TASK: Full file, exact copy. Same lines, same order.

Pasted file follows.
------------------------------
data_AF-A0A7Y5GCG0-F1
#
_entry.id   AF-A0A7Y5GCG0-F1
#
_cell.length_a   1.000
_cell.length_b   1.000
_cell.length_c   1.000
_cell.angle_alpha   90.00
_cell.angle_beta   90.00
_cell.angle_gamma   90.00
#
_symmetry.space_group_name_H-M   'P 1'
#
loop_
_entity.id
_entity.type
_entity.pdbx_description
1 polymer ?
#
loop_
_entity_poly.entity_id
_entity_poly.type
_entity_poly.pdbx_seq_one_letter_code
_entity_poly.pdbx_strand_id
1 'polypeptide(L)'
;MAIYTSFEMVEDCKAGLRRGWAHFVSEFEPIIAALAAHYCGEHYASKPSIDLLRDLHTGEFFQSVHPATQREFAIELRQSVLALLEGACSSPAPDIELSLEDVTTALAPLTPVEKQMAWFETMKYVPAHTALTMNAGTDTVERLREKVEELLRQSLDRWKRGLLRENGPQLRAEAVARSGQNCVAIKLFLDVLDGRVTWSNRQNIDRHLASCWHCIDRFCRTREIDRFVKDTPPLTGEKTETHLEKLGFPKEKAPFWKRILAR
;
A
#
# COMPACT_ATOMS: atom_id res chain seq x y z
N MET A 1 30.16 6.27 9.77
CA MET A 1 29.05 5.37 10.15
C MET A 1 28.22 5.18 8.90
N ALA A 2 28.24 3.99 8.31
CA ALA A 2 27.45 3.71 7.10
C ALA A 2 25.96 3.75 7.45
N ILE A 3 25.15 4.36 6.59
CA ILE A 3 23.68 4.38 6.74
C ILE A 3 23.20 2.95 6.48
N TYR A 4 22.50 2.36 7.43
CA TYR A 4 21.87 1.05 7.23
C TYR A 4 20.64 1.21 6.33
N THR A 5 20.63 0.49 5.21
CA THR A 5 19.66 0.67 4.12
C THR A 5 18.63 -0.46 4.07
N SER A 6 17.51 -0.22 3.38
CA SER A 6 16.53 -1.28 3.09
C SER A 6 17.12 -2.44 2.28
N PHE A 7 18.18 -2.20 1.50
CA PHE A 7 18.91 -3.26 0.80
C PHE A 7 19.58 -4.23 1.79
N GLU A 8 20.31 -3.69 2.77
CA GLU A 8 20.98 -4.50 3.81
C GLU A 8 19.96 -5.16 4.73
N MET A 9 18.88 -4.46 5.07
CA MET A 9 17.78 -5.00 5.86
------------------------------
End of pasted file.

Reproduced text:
data_AF-A0A7Y5GCG0-F1
#
_entry.id   AF-A0A7Y5GCG0-F1
#
_cell.length_a   1.000
_cell.length_b   1.000
_cell.length_c   1.000
_cell.angle_alpha   90.00
_cell.angle_beta   90.00
_cell.angle_gamma   90.00
#
_symmetry.space_group_name_H-M   'P 1'
#
loop_
_entity.id
_entity.type
_entity.pdbx_description
1 polymer ?
#
loop_
_entity_poly.entity_id
_entity_poly.type
_entity_poly.pdbx_seq_one_letter_code
_entity_poly.pdbx_strand_id
1 'polypeptide(L)'
;MAIYTSFEMVEDCKAGLRRGWAHFVSEFEPIIAALAAHYCGEHYASKPSIDLLRDLHTGEFFQSVHPATQREFAIELRQSVLALLEGACSSPAPDIELSLEDVTTALAPLTPVEKQMAWFETMKYVPAHTALTMNAGTDTVERLREKVEELLRQSLDRWKRGLLRENGPQLRAEAVARSGQNCVAIKLFLDVLDGRVTWSNRQNIDRHLASCWHCIDRFCRTREIDRFVKDTPPLTGEKTETHLEKLGFPKEKAPFWKRILAR
;
A
#
# COMPACT_ATOMS: atom_id res chain seq x y z
N MET A 1 30.16 6.27 9.77
CA MET A 1 29.05 5.37 10.15
C MET A 1 28.22 5.18 8.90
N ALA A 2 28.24 3.99 8.31
CA ALA A 2 27.45 3.71 7.10
C ALA A 2 25.96 3.75 7.45
N ILE A 3 25.15 4.36 6.59
CA ILE A 3 23.68 4.38 6.74
C ILE A 3 23.20 2.95 6.48
N TYR A 4 22.50 2.36 7.43
CA TYR A 4 21.87 1.05 7.23
C TYR A 4 20.64 1.21 6.33
N THR A 5 20.63 0.49 5.21
CA THR A 5 19.66 0.67 4.12
C THR A 5 18.63 -0.46 4.07
N SER A 6 17.51 -0.22 3.38
CA SER A 6 16.53 -1.28 3.09
C SER A 6 17.12 -2.44 2.28
N PHE A 7 18.18 -2.20 1.50
CA PHE A 7 18.91 -3.26 0.80
C PHE A 7 19.58 -4.23 1.79
N GLU A 8 20.31 -3.69 2.77
CA GLU A 8 20.98 -4.50 3.81
C GLU A 8 19.96 -5.16 4.73
N MET A 9 18.88 -4.46 5.07
CA MET A 9 17.78 -5.00 5.86